Saturday, January 29, 2022

Book Review: The Cryptid Catcher

The Cryptid Catcher

Lija Fisher

Square Fish, 2018, 326 pp. + bonus material

Bigfoot hunter and educator Lija Fisher has written a wonderful adventure for middle-graders, Indeed, older kids and adults with an interest in cryptozoology will snork it up too.  Clivo Wren is the orphaned son of a cryptid-catcher who roamed the world looking for a cryptid with immortality-granting blood, which makes sense in the context of Fisher’s unique take on cryptids in general. Thirteen-year-old Clivo has an inherited contract with a mysterious man named Douglas who is not so much a mentor as a goad.  (Imagine Obi-wan throwing Luke a lightsaber and saying, “Good luck storming the Death Star. And I mean by tomorrow!”) 

Clivo will feel familiar to fans of Jonny Quest (from the original and ONLY series) and has a bit of Harry Potter in him, too. He meets a supportive cryptozoology club through, of course, the International Cryptozoology Museum. Soon, he’s off to Loch Ness and then Alaska, getting around via an unlimited credit card provided by Douglas, the outdoor and self-defense skills taught him by his dad, and innate cleverness.  Clivo has other problems, though, mainly people who are wiling to shoot him to find the cryptid that can help them use immortality to (what else?) take over the world.

This book, the first in a duology, is a funny, well-paced, globe-trotting tale of teenage derring-do. It’s stuffed with cryptozoology references both common and obscure, has a great supporting cast, and brims with originality. On to the sequel!

Saturday, January 22, 2022

Sasquatch: the Matt Bille Challenge

 We all love our buddy Bigfoot, despite his annoying habit of never leaving DNA, dead bodies, bones, fossils, partially eaten kills, or old copies of "The Smart Sasquatch: A Guide to Avoiding Humans." Even skeptics like myself HOPE the Bigfoot hunters finally find something.

So I posted the Matt Bille Challenge on a cryptozoology group.
I don't suppose it means much in the days of million-dollar book advances, but I'll write a personal check for $1,000 USD to the lead author of the paper in Nature, Science, or Journal of Mammalogy describing the creature known as Sasquatch.
I specified those three journals only because this would be earthshaking news: the peer review process would be extremely thorough there. Also, the authors would ONLY submit to the most prestigious journals. That paper is not going to Bubba's Journal of Mammalogy and Cheeseburger Recipes. (Which I would totally read.)
I'll add $1,000 to the person who finds the specimen used as the basis for the paper. Good hunting!

Monday, January 17, 2022

Book Review: Drunk Flies and Stoned Dolphins


Book reviews

Drunk Flies and Stoned Dolphins: A Trip Through the World of Animal Intoxication

Oné R. Pagán

BenBella Books, 2021. 320pp

Dr. Oné R. Pagán, a biologist, biochemist, and pharmacologist, has written a book that’s as much fun as the title indicates, with fascinating science as a bonus.  He explains the history of our research on naturally occurring pharmaceutically and psychedelically active substances and the many uses other animals, intentionally or unintentionally, put them to.  Did you know what happens to elephants on LSD (nothing good)? Have you ever heard the claim we evolved our brains because psychedelic plants expanded out consciousness? It’s called the Stoned Ape Theory, and an actual scientist was serious about it. This is not to be confused with the Drunken Monkey Hypothesis, which holds our ancestors found the ripest fruit by following their tastes for alcohol.  (One wonders at times what exactly the scientists consumed.)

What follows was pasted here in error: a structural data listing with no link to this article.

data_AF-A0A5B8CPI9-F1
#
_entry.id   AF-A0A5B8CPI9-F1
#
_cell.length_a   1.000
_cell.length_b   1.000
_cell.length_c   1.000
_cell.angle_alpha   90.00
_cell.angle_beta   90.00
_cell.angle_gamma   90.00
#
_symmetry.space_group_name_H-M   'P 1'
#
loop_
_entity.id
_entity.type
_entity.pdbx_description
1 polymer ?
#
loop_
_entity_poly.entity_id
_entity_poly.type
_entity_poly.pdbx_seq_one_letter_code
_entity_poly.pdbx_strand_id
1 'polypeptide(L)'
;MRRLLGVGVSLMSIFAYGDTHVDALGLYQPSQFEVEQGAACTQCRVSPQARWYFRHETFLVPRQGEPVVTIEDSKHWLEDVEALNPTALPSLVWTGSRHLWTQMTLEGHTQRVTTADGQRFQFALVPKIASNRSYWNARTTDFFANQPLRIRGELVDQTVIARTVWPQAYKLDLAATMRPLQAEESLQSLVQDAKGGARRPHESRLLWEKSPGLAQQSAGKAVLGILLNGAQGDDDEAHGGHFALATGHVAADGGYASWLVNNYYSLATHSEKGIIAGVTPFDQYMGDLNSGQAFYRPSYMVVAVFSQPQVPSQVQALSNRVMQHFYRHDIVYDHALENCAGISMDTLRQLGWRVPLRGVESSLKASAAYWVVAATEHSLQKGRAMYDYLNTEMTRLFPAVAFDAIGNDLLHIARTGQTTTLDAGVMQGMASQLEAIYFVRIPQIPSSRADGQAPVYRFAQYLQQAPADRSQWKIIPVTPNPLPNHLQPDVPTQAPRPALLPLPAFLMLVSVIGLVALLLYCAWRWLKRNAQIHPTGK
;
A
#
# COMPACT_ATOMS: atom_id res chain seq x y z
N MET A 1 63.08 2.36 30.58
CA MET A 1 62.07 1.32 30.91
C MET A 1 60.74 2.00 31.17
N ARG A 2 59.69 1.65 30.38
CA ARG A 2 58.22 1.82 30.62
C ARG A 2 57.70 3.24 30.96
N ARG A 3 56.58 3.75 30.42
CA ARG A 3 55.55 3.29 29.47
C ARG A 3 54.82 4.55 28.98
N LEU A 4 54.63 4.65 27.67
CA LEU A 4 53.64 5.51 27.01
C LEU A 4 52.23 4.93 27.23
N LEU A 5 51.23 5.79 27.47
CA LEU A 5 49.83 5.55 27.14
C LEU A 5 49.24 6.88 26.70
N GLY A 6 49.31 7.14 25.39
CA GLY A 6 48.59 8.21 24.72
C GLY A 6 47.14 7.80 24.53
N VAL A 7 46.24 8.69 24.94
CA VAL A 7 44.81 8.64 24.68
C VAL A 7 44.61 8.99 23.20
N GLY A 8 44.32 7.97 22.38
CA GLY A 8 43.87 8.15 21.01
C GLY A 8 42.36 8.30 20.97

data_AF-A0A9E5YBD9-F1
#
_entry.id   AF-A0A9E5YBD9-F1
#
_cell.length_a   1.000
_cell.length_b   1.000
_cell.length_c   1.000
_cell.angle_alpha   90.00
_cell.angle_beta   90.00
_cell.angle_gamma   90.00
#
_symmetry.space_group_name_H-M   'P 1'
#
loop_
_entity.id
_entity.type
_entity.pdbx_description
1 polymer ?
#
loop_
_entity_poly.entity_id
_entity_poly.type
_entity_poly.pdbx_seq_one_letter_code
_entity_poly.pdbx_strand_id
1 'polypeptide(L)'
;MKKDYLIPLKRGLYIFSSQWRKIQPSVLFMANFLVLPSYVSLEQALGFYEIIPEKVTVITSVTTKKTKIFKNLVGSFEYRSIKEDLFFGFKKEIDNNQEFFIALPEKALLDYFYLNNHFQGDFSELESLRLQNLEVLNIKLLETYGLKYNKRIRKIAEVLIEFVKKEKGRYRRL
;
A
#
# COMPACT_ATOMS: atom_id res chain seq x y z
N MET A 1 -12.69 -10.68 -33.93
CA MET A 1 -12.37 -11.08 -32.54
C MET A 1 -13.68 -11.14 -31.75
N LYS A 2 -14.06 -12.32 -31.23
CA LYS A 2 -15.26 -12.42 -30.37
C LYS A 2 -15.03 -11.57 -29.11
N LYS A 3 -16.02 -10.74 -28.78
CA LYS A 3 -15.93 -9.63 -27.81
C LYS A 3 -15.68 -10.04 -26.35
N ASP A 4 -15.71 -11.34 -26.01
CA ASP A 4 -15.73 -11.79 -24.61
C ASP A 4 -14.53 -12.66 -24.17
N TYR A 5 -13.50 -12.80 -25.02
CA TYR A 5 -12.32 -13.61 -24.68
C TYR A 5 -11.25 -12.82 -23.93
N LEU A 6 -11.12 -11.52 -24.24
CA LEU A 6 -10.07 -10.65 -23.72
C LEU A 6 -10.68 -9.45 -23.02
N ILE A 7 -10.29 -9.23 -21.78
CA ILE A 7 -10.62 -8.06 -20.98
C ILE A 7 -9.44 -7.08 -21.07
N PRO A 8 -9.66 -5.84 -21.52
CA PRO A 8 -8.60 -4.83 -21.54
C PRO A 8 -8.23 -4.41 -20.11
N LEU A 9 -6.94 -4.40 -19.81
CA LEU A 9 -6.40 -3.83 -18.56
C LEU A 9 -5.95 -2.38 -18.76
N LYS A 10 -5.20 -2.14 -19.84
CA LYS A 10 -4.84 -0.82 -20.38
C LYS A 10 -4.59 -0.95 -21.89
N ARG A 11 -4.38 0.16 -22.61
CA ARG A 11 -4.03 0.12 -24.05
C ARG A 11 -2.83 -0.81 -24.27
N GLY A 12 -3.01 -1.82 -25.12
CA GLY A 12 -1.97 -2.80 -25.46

Pagán questions some popular stories. Elephants, it turns out, will greedily dive into liquor and can be very dangerous drunks, but the claim that they do this with fermented fruit is dubious. (Some smaller animals do get drunk that way.) The much-reported tale of dolphins passing around a puffer fish to get high is likewise unproven: they may just have been using it as an inflatable toy.  My favorite bit is that sea slugs apparently hallucinate on amphetamines. It’s not exactly useful knowledge, of course.

The author explains the chemistry of the subject in clear words and illustrations. He reviews the theories, adding a few of his own, about why intoxicating substances evolve and the way they have “unintended” effects (e.g., a plant may evolve an insecticide that’s an intoxicant to other animals). 

Pagán’s engagingly conversational style occasionally gets a little cutesy, but it succeeds in making the book a lively read that explains science without getting boring.  I came away knowing a lot more about biochemistry, animal behavior, and how to determine how drunk a fruit fly is. A unique book!


Sunday, January 16, 2022

Thanks to COSine 2022

I had a great time at COSine 2022. Thanks to the organizers, moderators, and panelists. I was on panels for Science Fiction predictions, appropriation, and the latest on dinosaurs. Thanks to Shannon Lawrence for this photo.  The organizers pulled it off despite COVID, the need to reshuffle presenters and work in remote presentations, and the conference hotel (I am not making this up) being sold for apartments two weeks before the conference!

Great photo by Shannon Lawrence.